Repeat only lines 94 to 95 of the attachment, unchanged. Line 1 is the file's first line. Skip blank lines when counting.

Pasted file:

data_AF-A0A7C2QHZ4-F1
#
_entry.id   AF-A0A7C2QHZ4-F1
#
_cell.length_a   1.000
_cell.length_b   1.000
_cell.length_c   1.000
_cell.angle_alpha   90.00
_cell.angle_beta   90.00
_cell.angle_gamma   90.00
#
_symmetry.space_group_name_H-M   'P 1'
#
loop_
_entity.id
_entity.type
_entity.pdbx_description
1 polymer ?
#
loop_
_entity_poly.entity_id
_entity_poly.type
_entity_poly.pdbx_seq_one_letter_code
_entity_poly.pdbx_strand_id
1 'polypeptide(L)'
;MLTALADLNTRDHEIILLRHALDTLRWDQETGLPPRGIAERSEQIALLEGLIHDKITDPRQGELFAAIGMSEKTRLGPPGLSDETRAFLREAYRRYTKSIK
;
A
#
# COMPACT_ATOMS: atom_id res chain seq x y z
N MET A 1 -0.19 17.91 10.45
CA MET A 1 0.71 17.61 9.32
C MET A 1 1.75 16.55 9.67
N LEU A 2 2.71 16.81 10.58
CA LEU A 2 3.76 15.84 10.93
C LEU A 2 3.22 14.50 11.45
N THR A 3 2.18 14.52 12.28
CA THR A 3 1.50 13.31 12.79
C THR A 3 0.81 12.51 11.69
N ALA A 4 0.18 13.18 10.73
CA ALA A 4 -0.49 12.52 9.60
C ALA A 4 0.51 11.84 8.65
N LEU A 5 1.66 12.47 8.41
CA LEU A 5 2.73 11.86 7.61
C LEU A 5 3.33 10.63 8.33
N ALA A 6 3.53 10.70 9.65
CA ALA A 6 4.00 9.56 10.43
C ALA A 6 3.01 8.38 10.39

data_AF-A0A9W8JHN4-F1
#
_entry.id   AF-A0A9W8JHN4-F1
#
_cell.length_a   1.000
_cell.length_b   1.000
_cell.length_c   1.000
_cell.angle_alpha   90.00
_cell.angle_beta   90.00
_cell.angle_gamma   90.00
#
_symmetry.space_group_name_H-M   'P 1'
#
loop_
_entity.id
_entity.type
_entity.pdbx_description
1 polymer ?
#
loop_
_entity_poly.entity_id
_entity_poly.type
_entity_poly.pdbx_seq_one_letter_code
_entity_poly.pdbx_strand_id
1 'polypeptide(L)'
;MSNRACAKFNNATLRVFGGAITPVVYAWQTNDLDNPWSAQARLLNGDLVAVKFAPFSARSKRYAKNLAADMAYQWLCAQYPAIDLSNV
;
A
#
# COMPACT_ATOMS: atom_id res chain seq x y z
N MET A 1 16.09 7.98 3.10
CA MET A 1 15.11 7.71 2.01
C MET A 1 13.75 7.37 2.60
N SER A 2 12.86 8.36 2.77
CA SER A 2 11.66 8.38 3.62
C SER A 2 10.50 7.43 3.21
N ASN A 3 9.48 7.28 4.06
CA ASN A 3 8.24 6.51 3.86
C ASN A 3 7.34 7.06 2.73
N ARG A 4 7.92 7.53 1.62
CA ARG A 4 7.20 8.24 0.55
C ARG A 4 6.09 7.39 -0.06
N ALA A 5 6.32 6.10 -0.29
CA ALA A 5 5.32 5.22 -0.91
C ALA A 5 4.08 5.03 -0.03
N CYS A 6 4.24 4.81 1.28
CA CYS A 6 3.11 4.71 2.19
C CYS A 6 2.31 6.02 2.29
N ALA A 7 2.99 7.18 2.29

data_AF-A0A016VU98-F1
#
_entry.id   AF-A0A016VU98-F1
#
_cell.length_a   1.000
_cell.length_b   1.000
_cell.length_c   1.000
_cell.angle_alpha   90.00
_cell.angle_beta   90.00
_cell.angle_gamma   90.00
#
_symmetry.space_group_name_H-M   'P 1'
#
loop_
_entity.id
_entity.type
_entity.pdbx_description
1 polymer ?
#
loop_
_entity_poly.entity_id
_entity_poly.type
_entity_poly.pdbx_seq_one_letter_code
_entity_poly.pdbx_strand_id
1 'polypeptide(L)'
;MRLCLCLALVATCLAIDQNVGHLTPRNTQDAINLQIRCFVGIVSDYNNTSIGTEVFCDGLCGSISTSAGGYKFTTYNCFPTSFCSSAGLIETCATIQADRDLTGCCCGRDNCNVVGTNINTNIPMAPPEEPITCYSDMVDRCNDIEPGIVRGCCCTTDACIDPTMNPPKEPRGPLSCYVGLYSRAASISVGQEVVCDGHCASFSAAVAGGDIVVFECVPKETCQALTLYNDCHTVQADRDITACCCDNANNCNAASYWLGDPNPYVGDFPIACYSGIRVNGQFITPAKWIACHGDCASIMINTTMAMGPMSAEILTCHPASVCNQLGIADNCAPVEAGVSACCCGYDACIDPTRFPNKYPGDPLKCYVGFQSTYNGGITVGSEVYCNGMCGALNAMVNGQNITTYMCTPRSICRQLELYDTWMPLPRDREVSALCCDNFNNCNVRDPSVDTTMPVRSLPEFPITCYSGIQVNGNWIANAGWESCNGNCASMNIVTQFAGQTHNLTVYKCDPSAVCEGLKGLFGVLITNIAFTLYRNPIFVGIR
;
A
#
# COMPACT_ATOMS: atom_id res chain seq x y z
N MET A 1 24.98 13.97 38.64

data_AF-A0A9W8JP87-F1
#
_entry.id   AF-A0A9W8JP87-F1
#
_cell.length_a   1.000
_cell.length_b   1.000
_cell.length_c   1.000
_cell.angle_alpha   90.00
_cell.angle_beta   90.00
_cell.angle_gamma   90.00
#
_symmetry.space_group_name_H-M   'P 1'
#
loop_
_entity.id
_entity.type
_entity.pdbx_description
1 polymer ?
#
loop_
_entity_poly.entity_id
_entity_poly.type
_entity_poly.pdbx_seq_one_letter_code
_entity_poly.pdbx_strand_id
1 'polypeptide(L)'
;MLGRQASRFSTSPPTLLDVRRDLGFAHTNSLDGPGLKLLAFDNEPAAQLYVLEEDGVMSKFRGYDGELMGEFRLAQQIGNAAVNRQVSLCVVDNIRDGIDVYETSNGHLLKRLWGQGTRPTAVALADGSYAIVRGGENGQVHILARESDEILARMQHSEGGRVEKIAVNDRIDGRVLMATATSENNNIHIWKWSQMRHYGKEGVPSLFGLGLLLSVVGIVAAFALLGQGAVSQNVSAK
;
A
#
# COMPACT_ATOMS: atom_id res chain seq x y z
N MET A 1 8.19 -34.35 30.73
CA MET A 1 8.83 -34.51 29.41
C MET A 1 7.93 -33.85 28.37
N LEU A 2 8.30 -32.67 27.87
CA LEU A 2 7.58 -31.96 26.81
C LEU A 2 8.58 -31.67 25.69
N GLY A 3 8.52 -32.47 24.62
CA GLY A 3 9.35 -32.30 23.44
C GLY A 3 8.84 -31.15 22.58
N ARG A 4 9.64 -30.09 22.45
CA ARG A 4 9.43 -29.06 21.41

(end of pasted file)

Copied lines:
N CYS A 6 4.24 4.81 1.28
CA CYS A 6 3.11 4.71 2.19